Slice a watermelon and place the slices on short skewers. Now you have popsicles. For fun, you can freeze your watermelon slices, then drizzle melted chocolate and top with sprinkles. The kids will fight for those…
This works with any fruit that will hold up well on a stick: Apple, Banana, Berries, Kiwi, Papaya, Pear, Pineapple, and more.
Additionally, you can have a faux fondue session with your fruits. Dip them in safe yogurt for extra fun.
Ants On a Log
Cut celery into small pieces and top with a safe nut/seed/legume/veg spread, then add raisins. You can also use cranberries and call them fire ants. The Gluten Free Allergy Friendly Guide has details on different spreads based on your needs.
If celery isn’t an option, you can make a log from apple or zucchini.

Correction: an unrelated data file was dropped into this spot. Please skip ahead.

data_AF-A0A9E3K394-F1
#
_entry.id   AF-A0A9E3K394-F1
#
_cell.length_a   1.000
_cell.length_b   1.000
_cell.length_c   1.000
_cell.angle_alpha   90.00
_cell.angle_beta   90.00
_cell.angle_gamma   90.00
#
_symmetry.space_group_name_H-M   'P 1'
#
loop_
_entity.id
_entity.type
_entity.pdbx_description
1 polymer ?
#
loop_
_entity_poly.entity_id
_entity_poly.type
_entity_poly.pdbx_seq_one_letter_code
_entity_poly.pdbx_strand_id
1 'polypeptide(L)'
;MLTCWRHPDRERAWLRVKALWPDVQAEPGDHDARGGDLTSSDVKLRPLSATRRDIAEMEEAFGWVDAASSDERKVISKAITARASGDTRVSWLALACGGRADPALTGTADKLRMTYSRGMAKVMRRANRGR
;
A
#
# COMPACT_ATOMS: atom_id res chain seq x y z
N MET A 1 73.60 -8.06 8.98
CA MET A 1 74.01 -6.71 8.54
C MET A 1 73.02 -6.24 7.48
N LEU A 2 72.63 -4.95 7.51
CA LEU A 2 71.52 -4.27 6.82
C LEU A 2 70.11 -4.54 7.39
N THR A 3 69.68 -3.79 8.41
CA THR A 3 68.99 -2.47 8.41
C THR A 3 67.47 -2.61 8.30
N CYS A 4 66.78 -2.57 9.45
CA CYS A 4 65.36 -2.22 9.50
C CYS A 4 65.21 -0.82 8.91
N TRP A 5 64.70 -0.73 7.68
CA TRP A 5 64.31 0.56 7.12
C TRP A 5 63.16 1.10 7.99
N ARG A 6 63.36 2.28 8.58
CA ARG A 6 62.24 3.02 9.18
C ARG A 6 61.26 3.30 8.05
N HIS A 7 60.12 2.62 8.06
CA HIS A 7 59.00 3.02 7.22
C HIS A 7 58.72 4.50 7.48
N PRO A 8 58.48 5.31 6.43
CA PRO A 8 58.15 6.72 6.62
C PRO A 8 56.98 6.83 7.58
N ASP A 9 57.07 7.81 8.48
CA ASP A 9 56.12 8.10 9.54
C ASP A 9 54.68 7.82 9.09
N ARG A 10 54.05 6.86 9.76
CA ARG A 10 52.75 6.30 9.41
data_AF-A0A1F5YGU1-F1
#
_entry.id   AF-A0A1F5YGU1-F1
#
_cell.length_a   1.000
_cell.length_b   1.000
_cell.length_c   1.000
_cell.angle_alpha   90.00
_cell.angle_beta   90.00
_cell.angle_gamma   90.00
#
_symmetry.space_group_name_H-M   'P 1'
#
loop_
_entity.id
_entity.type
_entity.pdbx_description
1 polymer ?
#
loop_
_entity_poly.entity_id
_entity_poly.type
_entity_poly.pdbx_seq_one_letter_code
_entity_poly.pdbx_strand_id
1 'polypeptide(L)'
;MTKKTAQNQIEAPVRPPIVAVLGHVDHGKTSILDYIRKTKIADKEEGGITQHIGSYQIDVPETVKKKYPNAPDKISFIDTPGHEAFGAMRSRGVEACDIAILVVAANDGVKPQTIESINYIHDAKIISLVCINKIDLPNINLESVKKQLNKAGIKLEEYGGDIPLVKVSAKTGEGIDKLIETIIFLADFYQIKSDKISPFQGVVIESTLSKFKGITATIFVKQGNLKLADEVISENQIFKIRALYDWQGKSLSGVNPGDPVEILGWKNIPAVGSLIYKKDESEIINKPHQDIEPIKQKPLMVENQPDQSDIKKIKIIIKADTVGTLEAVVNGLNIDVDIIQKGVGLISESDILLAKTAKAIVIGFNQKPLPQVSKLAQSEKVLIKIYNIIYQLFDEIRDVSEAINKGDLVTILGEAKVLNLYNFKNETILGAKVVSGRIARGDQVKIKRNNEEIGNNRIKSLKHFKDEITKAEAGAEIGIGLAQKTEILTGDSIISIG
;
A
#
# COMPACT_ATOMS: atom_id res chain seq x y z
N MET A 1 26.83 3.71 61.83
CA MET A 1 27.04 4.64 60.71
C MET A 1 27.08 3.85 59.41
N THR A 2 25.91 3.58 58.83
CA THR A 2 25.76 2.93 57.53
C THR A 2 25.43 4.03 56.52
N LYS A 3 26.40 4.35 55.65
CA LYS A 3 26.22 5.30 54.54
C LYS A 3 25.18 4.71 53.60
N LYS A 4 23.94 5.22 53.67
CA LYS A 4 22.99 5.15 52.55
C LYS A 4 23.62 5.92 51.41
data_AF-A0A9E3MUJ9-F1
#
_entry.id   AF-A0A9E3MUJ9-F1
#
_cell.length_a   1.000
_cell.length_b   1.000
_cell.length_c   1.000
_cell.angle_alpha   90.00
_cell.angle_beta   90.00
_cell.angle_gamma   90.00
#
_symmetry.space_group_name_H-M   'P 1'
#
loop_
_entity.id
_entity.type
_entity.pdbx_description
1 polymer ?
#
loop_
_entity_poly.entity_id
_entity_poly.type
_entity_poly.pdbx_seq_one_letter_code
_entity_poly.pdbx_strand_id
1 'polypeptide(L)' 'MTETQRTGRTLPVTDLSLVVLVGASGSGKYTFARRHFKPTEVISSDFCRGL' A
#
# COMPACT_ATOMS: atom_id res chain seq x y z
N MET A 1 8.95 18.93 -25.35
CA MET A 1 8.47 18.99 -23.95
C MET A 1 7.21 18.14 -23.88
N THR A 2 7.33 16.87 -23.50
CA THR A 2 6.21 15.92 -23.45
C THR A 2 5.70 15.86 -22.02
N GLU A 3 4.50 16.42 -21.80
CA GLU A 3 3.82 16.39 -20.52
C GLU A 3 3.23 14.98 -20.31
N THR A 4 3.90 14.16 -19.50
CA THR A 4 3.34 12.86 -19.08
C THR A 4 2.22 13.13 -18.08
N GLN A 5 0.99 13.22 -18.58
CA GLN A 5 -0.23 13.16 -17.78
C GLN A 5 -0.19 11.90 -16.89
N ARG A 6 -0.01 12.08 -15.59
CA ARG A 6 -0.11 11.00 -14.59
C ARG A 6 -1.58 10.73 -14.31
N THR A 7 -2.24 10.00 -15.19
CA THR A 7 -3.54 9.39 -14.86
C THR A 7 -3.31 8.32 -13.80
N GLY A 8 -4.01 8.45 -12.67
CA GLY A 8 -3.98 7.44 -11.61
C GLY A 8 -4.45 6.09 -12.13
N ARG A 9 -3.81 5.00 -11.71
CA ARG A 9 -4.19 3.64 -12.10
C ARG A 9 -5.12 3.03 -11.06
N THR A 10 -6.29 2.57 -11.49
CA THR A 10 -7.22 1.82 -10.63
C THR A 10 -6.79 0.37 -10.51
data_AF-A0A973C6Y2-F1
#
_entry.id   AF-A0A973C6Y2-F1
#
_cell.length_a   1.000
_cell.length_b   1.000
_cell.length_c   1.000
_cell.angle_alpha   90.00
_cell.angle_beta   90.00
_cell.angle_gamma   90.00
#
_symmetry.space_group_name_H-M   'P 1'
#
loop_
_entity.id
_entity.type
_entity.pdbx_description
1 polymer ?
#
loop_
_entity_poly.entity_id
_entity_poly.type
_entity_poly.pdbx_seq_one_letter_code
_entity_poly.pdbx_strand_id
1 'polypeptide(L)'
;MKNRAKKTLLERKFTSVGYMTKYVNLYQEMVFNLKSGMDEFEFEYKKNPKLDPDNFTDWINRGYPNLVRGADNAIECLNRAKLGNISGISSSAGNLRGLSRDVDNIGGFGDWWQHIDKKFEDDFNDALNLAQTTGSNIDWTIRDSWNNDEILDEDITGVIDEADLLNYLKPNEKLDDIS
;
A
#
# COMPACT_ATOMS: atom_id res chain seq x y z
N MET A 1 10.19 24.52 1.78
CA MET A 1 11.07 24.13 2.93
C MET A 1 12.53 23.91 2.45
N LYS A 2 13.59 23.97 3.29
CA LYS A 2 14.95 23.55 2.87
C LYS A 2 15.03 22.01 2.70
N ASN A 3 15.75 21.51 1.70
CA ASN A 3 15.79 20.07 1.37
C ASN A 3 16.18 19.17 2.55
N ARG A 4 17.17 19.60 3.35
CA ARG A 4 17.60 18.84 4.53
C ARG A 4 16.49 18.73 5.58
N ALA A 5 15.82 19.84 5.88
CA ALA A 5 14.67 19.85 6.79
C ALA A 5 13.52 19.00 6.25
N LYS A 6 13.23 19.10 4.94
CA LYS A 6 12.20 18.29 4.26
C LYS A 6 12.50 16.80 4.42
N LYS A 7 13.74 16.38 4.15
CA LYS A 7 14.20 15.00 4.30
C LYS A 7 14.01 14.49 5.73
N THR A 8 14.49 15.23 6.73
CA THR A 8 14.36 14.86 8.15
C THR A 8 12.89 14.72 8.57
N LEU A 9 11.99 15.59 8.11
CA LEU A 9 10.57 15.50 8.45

More Thoughts & Ideas on Snacks
What I love about the snacks above is they’re mostly package free. When you’re dealing with a restricted diet, packaged food can be incredibly difficult to source. There are just so many ingredients to trace.
If you’re a fan of baking, you can make all sorts of homemade treats for snacks, and they don’t need to be excessively sugary. In addition to the grain free cookies I make for the kids, I also like making fruit & oat based cookies. The fruit is a great natural sweetener, but the fiber is still in tact.
Easy Snack: Cranberry Oat Cubes
Snack-time can also be a great opportunity to have your child finish any portion of their lunch that has gone uneaten. Homemade granola and trail mix is another easy option that you can make using your favorite ingredients.
I want to leave you with one final thought: ANYTHING can be served for snack. One of the hardest things to do when you live with a restricted diet is break out of the traditional mindset. So many people think eggs/toast/pancakes must be served at breakfast. Lunches need to include a sandwich, and so on. This mindset can be incredibly limiting if you don’t have access to different food groups.
I want to encourage you to make an awesome snack plan for your family that they will love. Happy snacking!
Delicious Snack: Nut Free Chocolate Oat Bars